Today was Mardi Gras, Fat Tuesday, in New Orleans. My family and I headed downtown around 11am with our friend, Willie, to catch Rex. We were going to our Grandstand spot on St. Charles and Poydras. We were not expecting to catch Zulu! It was an awesome surprise to see most of the Zulu floats. The parade, lucky for us, was running behind.
We dressed up as a family of pirates. Ahoy there, matey! Arrrgh!
Our friend, Willie, was dressed as a king. All Hail King Willie!
Zulu was named after the fiercest of the African tribes. What began as a spoof of the Rex parade has become a highly anticipated New Orleans tradition.
Zulu’s theme was “Celebrating 100 Years as a New Orleans Tradition.” The parade had 35 floats and has1,200 male and female riders.
All the Zulu riders wear black and white face, regardless of their race. They throw a number of goodies including medallions and spears but the most highly sought after throw in all of carnival is the Zulu coconut. Each coconut is hand-painted and decorated by the Zulu krewe members. Mardi Gras revelers go crazy over Zulu coconuts. To receive the prized treasure, you must be close to the float because coconuts are not thrown, but handed to spectators.
The Zulu parade is a fun parade and marks the first of the signature parades that roll on Mardi Gras day.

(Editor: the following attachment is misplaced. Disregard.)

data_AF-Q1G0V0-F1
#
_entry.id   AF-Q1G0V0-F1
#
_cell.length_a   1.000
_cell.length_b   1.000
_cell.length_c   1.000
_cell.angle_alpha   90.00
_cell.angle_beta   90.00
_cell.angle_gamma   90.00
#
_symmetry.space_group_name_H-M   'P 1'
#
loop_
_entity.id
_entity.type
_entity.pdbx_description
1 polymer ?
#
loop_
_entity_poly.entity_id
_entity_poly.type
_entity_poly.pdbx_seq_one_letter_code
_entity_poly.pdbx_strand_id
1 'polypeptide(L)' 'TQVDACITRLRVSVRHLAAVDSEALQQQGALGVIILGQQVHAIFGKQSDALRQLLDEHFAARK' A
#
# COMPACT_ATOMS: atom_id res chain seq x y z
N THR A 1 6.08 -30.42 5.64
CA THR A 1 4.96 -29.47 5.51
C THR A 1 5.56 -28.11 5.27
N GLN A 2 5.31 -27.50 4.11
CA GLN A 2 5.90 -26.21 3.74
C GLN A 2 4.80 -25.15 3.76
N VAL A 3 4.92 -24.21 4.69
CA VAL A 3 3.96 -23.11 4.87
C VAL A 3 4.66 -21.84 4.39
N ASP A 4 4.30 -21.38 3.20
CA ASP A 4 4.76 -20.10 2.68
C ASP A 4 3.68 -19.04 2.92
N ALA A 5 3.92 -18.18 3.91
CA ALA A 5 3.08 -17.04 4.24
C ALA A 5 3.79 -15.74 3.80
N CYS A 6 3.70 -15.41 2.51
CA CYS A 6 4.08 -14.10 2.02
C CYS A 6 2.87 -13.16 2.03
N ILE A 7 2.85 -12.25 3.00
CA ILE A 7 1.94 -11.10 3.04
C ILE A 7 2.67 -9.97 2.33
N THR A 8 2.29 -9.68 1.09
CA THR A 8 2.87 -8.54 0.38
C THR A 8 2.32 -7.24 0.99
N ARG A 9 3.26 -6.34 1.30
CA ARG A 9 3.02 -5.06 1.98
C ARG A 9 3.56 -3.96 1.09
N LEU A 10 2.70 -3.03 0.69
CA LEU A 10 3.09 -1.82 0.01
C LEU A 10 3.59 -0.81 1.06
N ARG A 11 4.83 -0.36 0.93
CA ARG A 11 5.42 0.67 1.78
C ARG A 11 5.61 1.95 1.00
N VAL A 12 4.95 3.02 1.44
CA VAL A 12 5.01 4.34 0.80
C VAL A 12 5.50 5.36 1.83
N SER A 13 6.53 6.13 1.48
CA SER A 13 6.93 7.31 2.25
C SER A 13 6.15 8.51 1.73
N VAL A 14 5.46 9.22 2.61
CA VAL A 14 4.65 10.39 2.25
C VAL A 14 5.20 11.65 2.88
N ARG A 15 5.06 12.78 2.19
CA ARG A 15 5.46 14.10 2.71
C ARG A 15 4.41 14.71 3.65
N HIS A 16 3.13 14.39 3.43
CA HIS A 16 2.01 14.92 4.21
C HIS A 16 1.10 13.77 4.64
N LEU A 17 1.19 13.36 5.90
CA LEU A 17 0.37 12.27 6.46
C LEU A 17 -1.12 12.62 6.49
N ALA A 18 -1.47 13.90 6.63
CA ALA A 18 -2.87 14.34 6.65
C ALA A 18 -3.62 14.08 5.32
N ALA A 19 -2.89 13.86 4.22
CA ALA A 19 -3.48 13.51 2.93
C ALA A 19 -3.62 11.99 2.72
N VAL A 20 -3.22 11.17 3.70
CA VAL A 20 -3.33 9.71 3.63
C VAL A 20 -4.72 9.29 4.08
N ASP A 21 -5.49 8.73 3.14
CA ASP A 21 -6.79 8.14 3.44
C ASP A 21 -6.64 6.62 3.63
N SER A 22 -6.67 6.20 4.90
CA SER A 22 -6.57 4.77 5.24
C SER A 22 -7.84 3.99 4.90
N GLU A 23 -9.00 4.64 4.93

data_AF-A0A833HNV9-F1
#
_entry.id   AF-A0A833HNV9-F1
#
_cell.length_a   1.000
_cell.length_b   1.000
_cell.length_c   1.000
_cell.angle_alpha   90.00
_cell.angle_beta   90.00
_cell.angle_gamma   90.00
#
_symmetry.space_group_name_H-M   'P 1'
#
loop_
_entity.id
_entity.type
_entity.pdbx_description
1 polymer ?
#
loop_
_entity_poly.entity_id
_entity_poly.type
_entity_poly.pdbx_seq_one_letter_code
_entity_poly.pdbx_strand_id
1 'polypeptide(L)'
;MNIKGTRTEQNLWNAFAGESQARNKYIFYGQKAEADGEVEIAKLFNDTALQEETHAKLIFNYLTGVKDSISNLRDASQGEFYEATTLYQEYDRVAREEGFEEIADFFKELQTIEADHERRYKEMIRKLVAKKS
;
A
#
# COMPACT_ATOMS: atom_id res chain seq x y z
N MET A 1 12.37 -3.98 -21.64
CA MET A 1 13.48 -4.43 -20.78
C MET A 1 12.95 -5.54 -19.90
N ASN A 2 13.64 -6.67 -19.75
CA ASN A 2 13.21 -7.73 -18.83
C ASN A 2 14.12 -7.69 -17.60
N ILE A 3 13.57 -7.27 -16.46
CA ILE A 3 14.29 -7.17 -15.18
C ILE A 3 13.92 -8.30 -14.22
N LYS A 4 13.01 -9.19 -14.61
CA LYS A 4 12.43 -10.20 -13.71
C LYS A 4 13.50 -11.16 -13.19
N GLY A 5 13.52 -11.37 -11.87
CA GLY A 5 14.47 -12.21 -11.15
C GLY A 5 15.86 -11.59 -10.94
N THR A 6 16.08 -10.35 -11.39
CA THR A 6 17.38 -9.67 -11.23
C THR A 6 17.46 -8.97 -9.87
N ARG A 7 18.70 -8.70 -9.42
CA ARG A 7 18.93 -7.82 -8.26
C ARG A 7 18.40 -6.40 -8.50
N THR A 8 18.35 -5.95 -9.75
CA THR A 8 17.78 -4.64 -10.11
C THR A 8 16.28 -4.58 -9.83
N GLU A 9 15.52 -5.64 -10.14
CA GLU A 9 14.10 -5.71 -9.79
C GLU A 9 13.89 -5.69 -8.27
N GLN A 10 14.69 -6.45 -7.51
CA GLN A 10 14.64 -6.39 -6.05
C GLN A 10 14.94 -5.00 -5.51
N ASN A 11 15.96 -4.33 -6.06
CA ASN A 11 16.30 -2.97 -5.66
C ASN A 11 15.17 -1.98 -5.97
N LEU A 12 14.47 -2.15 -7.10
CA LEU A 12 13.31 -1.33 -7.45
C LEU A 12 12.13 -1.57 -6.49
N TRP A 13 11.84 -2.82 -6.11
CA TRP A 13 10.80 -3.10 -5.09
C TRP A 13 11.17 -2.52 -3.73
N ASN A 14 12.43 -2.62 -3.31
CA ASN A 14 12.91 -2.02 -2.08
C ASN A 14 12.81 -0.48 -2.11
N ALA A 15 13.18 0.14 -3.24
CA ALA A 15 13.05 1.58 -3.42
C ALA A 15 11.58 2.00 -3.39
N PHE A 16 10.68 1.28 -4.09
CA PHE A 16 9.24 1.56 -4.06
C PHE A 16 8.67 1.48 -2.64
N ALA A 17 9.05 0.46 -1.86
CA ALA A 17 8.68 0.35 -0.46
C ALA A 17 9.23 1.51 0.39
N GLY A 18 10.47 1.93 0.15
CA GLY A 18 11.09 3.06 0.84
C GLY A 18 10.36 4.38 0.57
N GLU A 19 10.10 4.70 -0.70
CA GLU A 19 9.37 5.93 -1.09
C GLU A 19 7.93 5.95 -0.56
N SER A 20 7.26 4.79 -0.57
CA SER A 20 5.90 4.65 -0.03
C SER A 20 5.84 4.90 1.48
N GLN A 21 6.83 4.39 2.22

After Zulu, it was time for Rex, King of Carnival. Rex is the symbol of the carnival season in New Orleans. The organization began in 1872 and created the Mardi Gras flag with the colors – purple (justice), green (faith) and gold (power). The krewe also invented the Mardi Gras doubloon, which has become a staple carnival throw.
Rex, King of Carnival, is toasted at Gallier Hall by Mayor of New Orleans. Rex’s identity is not revealed to the public until Mardi Gras day, when it is announced in the New Orleans Times-Picayune newspaper. Rex then stops further up the parade route (this year at the Grandstand at the Hotel Intercontinental) to toast his Queen.
This year’s theme was “Spirits of Spring,” with images of renewal and rebirth.
The floats are rebuilt each year on wagon chassis with wooden spoke wheels. They are pulled by modern-day tractors.
The Bouef Gras or Fat Ox represents the fattened meat before the Lenten season begins. The Bouef Gras is a traditional float in the Rex parade. Smoke pours forth from his nostrils.